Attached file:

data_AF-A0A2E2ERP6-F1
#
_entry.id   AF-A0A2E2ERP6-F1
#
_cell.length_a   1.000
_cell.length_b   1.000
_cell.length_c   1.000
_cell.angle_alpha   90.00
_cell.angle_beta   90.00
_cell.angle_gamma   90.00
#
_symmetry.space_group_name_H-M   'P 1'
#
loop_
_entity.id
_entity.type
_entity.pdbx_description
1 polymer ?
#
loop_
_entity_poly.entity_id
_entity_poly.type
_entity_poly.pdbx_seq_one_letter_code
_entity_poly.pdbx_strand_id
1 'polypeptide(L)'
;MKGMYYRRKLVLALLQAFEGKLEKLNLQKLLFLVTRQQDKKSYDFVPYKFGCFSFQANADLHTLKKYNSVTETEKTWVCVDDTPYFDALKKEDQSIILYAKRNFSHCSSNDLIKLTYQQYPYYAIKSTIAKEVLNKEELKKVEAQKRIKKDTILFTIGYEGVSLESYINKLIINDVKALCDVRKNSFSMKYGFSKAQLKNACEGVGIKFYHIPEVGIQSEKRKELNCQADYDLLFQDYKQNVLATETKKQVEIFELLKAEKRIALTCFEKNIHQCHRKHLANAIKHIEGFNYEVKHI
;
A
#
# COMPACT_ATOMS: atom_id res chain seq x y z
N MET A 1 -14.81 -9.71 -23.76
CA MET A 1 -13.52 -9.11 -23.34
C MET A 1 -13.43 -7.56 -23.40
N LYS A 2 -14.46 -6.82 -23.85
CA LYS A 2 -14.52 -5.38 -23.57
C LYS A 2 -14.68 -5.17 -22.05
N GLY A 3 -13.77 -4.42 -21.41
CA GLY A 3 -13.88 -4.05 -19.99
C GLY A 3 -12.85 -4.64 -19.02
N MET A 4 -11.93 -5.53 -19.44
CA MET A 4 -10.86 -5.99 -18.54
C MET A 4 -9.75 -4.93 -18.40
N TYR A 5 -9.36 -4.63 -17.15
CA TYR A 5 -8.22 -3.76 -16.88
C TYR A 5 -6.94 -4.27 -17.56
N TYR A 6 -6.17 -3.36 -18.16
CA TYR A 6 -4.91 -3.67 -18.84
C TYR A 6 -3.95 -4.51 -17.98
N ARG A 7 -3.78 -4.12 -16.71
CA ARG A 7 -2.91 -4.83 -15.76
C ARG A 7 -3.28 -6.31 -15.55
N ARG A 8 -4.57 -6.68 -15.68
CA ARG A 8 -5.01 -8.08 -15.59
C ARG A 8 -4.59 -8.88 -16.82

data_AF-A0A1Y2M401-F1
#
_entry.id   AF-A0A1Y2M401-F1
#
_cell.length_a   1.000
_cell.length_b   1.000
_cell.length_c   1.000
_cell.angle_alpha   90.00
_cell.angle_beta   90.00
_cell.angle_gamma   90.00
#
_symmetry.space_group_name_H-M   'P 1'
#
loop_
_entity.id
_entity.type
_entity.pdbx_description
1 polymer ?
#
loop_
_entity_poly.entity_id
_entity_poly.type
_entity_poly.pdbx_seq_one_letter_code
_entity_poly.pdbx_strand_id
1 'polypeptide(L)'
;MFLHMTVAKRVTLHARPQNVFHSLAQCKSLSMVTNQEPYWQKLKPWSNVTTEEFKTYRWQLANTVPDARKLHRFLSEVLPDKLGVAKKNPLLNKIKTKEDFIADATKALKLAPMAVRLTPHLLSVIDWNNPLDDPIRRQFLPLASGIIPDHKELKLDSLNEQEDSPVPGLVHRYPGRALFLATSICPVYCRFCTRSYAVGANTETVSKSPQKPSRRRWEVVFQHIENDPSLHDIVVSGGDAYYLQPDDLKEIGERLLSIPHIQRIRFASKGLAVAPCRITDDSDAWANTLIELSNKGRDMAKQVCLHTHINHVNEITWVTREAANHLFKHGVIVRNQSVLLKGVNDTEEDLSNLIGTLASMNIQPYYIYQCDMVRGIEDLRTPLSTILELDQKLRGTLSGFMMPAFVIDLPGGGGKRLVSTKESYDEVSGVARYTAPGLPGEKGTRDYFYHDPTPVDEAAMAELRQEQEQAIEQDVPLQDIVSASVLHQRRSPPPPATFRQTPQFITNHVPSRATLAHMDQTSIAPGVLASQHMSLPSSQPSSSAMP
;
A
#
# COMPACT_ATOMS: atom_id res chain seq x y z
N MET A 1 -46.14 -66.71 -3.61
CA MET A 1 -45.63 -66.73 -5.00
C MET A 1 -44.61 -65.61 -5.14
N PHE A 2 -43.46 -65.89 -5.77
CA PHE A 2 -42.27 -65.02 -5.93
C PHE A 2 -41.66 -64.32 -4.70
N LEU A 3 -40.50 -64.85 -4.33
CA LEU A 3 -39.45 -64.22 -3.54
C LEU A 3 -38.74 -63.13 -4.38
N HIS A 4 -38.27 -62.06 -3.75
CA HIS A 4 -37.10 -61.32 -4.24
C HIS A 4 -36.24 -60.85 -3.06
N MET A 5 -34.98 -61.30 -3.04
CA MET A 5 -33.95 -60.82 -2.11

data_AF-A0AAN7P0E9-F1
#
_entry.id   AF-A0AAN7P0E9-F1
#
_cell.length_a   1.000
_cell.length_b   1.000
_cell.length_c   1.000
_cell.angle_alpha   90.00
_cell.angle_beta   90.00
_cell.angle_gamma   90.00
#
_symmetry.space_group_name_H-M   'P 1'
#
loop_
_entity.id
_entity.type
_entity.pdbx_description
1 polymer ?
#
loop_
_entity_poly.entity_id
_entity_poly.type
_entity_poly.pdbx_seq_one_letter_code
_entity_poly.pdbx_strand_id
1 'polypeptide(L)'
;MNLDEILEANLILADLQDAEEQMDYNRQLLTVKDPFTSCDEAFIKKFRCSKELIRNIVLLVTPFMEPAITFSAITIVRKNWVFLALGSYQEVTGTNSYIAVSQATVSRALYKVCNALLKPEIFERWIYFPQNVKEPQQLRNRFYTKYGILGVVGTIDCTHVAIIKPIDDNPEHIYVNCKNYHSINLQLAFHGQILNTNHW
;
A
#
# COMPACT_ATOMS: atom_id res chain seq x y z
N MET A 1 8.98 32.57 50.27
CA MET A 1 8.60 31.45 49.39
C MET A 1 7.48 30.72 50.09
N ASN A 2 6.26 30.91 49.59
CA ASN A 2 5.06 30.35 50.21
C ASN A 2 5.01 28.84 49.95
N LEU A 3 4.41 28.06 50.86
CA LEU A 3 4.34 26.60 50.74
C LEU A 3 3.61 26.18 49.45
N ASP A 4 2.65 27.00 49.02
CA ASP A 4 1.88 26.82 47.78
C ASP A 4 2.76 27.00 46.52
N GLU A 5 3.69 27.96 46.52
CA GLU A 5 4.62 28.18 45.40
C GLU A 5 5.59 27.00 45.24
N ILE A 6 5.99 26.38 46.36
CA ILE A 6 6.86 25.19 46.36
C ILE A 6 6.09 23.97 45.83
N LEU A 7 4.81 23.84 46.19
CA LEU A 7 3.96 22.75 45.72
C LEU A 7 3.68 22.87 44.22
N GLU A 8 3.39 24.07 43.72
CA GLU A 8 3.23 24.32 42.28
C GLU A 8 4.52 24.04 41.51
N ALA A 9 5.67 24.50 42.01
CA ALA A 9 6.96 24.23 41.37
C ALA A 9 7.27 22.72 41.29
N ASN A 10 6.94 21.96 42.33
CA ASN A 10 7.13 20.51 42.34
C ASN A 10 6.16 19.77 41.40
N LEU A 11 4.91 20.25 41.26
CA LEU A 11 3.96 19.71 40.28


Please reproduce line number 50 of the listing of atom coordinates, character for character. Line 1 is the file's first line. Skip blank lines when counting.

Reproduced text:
CA ARG A 7 -2.91 -4.83 -15.76